U.S. Supreme Court Seeks Narrower Remedy Than Striking New Hampshire
Parental Notification Abortion Law Wholesale
A New Hampshire law that requires abortion providers to notify a
pregnant minor�s parent before performing the procedure should not
have been invalidated in its entirety for lack of a health exception if
the courts can craft a more limited remedy that addresses only the
statute�s constitutional flaws, the U.S. Supreme Court ruled in a
unanimous decision January 18.
Vacating a decision by the First Circuit that struck down the law,
Justice Sandra Day O�Conner, writing for the Court, said
courts need not always choose �the most blunt remedy
available��in this case enjoining the statute�s
enforcement entirely�where narrower relief is possible.
�Only a few applications of New Hampshire�s parental
notification statute would present a constitutional problem. So long as
they are faithful to legislative intent, then, in this case the lower
courts can issue a declaratory judgment and an injunction prohibiting
the statute�s unconstitutional application,� O�Conner
In June 2003, the New Hampshire legislature passed the Parental
Notification Prior to Abortion Act (Act). The Act prohibits physicians
from performing an abortion on a pregnant minor until forty-eight hours
after giving notice to her parent or guardian. The Act includes a
judicial bypass provision as well as an exception where the abortion is
necessary to prevent the minor�s death and time is of the
Abortion providers brought a � 1983 action in the U.S. District
Court for the District of New Hampshire, arguing the act was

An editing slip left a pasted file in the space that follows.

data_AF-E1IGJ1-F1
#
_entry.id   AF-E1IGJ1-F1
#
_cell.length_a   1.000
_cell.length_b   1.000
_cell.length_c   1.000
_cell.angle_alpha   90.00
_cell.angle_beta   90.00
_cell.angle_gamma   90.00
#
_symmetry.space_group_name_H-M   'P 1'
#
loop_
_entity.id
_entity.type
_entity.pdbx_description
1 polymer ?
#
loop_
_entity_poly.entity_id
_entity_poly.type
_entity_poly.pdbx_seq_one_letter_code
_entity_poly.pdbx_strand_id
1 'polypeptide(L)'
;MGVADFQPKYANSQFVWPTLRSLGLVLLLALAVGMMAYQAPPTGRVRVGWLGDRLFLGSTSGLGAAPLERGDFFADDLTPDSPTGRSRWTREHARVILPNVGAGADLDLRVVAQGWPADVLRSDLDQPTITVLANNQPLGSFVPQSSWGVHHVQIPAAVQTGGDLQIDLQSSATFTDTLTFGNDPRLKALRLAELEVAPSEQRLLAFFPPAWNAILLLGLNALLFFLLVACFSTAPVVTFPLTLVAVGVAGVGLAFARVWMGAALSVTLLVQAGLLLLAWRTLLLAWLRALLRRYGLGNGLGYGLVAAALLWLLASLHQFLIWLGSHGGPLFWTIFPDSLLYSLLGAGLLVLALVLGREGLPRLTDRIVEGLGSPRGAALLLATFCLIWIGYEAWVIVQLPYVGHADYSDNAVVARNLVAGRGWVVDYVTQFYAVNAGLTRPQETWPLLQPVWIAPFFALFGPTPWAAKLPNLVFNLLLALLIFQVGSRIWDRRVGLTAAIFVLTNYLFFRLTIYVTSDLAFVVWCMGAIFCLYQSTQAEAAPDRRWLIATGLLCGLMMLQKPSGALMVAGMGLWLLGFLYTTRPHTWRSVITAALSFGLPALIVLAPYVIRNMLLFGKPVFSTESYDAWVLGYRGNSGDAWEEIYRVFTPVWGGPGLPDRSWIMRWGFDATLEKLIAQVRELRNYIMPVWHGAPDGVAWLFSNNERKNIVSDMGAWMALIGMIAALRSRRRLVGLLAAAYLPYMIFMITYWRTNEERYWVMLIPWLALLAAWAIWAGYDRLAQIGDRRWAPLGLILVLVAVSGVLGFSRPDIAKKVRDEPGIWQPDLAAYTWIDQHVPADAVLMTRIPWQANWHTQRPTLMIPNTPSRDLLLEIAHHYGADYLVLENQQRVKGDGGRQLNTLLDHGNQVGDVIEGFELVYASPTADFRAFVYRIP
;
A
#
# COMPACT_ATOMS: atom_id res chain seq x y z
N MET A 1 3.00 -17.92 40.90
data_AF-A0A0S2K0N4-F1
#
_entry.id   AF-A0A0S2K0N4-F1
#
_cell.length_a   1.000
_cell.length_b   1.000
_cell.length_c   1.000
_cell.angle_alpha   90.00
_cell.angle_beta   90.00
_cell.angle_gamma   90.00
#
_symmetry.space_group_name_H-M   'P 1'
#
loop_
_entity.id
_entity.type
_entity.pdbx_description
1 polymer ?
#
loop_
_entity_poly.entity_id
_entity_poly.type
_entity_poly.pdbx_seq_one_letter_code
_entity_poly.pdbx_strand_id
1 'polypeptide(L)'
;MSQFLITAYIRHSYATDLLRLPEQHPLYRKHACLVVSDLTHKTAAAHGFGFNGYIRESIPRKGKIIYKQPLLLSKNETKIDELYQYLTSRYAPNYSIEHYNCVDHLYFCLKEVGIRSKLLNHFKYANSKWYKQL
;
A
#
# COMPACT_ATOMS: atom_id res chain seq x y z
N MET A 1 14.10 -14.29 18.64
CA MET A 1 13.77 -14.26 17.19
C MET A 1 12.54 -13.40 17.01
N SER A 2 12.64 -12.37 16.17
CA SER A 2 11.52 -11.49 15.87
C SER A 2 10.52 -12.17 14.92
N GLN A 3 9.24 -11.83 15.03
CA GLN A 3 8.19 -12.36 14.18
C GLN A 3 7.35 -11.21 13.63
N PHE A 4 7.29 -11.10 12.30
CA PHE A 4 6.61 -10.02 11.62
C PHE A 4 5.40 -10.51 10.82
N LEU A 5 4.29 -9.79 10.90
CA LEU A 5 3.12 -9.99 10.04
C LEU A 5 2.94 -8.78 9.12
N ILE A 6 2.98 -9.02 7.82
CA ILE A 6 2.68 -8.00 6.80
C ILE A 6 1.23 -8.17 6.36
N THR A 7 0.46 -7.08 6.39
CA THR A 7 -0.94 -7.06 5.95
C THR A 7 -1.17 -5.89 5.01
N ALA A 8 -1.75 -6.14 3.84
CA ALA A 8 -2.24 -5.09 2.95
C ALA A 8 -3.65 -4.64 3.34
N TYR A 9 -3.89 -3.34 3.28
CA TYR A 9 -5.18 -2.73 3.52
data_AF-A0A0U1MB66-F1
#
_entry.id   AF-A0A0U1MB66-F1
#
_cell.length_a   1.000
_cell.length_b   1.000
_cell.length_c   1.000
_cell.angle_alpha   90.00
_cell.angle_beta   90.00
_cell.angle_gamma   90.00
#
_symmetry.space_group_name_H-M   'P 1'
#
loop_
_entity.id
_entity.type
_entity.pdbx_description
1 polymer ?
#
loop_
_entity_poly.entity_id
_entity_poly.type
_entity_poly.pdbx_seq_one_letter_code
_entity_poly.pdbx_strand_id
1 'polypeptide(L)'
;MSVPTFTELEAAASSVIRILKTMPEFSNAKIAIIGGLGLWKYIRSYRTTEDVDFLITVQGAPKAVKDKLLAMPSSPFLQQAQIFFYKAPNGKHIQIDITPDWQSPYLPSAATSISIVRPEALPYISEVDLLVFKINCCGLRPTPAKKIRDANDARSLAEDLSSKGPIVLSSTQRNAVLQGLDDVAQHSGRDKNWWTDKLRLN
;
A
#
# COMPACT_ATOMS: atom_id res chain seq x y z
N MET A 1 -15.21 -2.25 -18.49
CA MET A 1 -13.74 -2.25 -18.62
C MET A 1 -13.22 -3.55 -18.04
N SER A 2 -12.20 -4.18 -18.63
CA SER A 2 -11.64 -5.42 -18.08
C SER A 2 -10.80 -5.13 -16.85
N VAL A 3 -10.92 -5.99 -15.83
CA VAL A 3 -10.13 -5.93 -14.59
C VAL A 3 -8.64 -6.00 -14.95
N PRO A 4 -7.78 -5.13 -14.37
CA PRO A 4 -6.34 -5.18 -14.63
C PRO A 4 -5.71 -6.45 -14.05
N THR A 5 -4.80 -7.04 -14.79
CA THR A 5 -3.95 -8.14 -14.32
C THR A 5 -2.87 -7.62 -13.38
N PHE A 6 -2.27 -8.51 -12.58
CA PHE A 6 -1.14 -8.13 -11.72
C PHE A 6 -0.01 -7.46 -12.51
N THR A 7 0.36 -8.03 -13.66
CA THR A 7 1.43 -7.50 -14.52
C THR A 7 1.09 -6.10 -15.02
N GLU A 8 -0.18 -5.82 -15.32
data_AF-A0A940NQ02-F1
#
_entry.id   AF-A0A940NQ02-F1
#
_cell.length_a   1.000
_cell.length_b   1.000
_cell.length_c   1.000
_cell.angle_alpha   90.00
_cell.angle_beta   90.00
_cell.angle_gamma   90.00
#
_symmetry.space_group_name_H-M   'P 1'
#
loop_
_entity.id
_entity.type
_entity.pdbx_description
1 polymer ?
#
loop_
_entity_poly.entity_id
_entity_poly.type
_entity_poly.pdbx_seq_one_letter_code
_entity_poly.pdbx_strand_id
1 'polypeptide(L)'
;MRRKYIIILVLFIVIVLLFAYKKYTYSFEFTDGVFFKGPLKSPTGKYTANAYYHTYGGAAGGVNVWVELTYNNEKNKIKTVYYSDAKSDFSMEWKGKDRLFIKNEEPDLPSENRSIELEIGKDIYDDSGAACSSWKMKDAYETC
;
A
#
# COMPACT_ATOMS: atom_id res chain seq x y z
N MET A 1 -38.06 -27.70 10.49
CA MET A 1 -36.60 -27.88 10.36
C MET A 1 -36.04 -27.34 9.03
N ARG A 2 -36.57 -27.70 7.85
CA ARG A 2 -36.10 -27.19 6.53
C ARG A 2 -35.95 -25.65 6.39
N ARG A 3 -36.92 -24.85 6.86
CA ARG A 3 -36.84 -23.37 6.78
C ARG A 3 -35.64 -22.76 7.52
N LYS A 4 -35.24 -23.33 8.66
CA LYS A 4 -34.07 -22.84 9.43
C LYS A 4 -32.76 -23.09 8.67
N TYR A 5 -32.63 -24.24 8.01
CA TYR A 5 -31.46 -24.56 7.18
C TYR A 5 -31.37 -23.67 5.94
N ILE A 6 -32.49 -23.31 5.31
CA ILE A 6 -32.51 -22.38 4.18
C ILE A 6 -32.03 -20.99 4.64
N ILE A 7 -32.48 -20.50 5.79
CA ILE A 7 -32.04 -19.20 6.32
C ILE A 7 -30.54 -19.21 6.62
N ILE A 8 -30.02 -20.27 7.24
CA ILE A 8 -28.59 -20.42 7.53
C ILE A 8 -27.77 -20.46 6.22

unconstitutional because it failed to explicitly allow a physician to
perform an abortion in a medical emergency.
The court "found unconstitutional both (1) the lack of an explicit
exception to protect the health of the pregnant minor, and (2) the
narrowness of the Act's exception for abortions necessary to prevent the
minor's death� and enjoined its enforcement. On appeal, the First
Circuit affirmed, concluding the Act was unconstitutional in the absence
of an explicit health exception.
The Court declined to revisit its prior abortion rulings, other than
to note both that it has long upheld parental involvement statutes like
the Act at issue and that a state may not restrict access to abortions
necessary to preserve the life or health of the mother.
The Court also agreed that the First Circuit�s conclusion
was �understandable� given the Stenberg v. Carhart,
530 U.S. 916 (2000), decision, where the Court struck down in its
entirety a Nebraska law that prohibited so-called �partial birth
abortions� for not including an exception to preserve the
�But the parties in Stenberg did not ask for, and we
did not contemplate, relief more finely drawn,� the opinion
explained. According to the Court, the state argued that invalidating
the statute wholesale was too drastic a remedy, and the providers
challenging the law conceded that �carefully crafted injunctive
relief may resolve the case.�
A threshold issue on remand is whether reforming the statute would
comport with legislative intent, the Court said. While the state pointed
to the Act�s severability clause as evidence that it would, the
providers argued that the legislators would �prefer no
statute� to one changed from its original form.
�Either an injunction prohibiting unconstitutional applications
or a holding that consistency with legislative intent requires
invalidating the statue in toto should obviate any concern
about the Act�s life exception,� the opinion concluded.
Ayotte v. Planned Parenthood of Northern New England, No.
04-1144 (U.S. Jan. 18, 2006). To read the decision, go to http://www.healthlawyers.org/News Center/Health Lawyers Weekly&CONTENTFILEID=7108&TEMPLATE=/MembersOnly.cfm